These are just a few of the many incidents of elder financial fraud that happen every year. In August, the North American Securities Administrators Association announced the establishment of the Committee on Senior Issues and Diminished Capacity, a board-level committee that would deal with challenges faced by senior investors. NASAA noted that in the last six years, 34% of enforcement actions initiated by state regulators involved senior victims. 3,548 actions between ’08 and ’13 involved elderly targets no younger than age 62.

At Shepherd Smith Edwards and Kantas, LTD LLP, our senior financial fraud lawyers represent elderly clients (or their families) that sustained significant financial losses because they were bilked. We are here to help senior investors recoup what was taken from them.

SEC Commissioner Pushes For Elder Fraud To Top 2015 Agenda, InsuranceNewNet.com, November 7, 2014

The MetLife Study (PDF)

Woman pleads in elder exploitation case, The Times News, November 26, 2014

Hanover woman charged for embezzling thousands from family member
, NBC12.com, November 26, 2014

Four Charged in NFL-Related Securities Fraud Scheme Targeting Senior Citizens, FBI, July 25, 2014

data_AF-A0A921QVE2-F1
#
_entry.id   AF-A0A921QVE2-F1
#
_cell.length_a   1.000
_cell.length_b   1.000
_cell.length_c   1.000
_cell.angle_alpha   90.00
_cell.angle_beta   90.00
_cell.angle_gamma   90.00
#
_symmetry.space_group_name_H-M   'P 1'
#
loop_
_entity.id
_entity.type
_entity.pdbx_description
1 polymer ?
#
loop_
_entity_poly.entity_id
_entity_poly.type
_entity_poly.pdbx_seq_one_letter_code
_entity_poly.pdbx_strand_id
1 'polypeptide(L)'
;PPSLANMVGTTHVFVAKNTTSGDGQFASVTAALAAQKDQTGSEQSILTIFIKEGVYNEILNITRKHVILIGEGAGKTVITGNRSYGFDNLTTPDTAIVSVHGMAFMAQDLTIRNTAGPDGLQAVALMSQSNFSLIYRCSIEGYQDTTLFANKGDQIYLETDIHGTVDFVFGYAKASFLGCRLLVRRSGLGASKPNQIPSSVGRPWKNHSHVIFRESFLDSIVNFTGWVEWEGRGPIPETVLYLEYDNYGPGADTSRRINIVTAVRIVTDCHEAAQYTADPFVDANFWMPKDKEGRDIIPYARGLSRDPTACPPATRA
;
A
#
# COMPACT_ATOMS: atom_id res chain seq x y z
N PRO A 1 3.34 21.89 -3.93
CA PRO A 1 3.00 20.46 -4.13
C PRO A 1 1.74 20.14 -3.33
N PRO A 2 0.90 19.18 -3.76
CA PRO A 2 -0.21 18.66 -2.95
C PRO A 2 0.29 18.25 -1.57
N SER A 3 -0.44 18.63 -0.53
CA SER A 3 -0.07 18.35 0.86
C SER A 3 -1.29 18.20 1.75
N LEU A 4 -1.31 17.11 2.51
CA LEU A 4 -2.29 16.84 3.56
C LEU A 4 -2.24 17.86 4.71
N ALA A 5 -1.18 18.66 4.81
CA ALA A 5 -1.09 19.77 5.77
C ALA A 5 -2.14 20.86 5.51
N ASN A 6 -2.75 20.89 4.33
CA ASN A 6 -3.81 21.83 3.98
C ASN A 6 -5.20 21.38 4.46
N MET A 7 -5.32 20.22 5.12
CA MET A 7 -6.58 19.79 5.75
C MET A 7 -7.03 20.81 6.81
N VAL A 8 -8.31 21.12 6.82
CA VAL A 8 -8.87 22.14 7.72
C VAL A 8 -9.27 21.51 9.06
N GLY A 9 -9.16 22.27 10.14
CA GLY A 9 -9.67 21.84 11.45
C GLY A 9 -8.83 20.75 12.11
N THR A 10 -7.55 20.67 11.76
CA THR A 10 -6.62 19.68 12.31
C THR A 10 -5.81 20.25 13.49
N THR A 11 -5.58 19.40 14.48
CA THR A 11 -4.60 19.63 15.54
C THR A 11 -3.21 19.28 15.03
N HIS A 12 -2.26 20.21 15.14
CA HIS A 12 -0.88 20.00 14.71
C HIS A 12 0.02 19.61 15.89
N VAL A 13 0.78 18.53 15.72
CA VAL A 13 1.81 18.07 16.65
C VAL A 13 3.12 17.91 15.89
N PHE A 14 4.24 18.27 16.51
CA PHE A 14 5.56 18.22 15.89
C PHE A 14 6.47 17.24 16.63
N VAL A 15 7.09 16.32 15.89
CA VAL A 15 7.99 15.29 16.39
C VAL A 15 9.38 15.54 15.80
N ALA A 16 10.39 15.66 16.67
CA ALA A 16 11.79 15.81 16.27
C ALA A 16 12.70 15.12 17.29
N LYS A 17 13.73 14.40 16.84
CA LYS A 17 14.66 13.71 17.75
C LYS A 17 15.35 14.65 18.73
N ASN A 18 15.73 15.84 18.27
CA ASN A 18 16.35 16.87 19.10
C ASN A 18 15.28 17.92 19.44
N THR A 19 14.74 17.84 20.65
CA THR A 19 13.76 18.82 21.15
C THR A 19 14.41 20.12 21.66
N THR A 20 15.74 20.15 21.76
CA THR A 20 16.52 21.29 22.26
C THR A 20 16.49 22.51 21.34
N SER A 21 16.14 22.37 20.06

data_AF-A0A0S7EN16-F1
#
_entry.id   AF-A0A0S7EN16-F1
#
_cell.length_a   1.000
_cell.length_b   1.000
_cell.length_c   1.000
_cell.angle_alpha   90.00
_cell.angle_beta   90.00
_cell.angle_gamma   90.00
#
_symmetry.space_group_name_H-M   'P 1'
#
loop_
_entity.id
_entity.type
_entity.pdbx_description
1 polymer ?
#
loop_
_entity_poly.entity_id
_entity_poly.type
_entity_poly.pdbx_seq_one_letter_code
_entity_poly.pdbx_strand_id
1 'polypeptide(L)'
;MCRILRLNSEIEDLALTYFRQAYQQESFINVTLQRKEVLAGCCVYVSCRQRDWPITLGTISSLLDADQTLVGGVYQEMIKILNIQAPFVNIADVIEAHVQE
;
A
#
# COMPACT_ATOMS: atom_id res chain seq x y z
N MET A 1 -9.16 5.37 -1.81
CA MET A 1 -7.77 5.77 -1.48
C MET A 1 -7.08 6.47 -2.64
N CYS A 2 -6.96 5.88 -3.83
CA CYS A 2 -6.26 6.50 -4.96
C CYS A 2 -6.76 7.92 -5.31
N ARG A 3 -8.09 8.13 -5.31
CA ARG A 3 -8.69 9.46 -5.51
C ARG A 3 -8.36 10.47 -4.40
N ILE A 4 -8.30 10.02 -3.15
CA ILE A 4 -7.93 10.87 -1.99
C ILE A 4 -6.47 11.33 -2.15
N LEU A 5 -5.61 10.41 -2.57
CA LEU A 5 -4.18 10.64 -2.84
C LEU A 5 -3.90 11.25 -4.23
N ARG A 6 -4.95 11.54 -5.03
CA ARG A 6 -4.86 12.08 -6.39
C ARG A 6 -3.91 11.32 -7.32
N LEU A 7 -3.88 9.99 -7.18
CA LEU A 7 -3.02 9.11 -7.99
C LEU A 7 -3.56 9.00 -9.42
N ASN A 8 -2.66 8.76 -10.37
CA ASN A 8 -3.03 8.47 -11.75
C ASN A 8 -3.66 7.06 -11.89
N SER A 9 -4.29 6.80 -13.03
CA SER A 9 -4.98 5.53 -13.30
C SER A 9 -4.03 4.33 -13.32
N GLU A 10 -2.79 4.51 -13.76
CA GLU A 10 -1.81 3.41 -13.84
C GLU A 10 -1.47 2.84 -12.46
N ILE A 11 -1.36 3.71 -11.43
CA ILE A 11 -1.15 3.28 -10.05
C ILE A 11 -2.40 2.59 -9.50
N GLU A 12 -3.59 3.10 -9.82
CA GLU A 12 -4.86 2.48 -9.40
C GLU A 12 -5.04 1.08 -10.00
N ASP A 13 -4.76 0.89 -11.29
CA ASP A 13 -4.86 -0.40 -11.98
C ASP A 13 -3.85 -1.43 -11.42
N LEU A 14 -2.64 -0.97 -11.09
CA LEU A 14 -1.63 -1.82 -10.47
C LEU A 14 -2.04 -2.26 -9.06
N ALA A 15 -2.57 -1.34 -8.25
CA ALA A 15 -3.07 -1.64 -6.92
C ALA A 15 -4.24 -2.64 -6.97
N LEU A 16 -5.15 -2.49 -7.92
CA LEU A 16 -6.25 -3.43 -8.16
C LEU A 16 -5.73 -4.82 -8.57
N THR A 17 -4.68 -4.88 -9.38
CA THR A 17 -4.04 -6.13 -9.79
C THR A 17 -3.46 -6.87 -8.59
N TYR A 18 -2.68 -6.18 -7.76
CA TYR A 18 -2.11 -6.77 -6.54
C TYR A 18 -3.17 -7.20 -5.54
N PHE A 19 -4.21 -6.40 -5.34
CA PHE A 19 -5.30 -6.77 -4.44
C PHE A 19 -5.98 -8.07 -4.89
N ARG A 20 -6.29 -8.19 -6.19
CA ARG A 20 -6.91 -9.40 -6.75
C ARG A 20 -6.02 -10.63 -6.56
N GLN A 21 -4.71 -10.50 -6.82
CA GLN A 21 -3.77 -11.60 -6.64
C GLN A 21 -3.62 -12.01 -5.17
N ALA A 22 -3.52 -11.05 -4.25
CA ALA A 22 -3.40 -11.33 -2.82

More Blog Posts:
Securities Fraud Headlines: ConvergEx Group Subsidiary Gets Criminal Sentence for Fraud, Ohio Man Gets Prison Term for Scam, Two Men Face Charges Over Predictive Software, and Fund Manager Admits to $17M Ponzi Scam, Stockbroker Fraud Blog, November 28, 2014

Citigroup, Bank of America Are Selling Soured Home Loans, Sources Tell Bloomberg, Stockbroker Fraud Blog, November 13, 2014

Fidelity, Schwab, and Pershing Suspend Trading of Schorsch Nontraded Real Estate Investment Trusts, Institutional Investor Securities Blog, November 13, 2014

November 28, 2014

Securities Fraud Headlines: ConvergEx Group Subsidiary Gets Criminal Sentence for Fraud, Ohio Man Gets Prison Term for Scam, Two Men Face Charges Over Predictive Software, and Fund Manager Admits to $17M Ponzi Scam

CGM Limited Pleads Guilty to Securities Fraud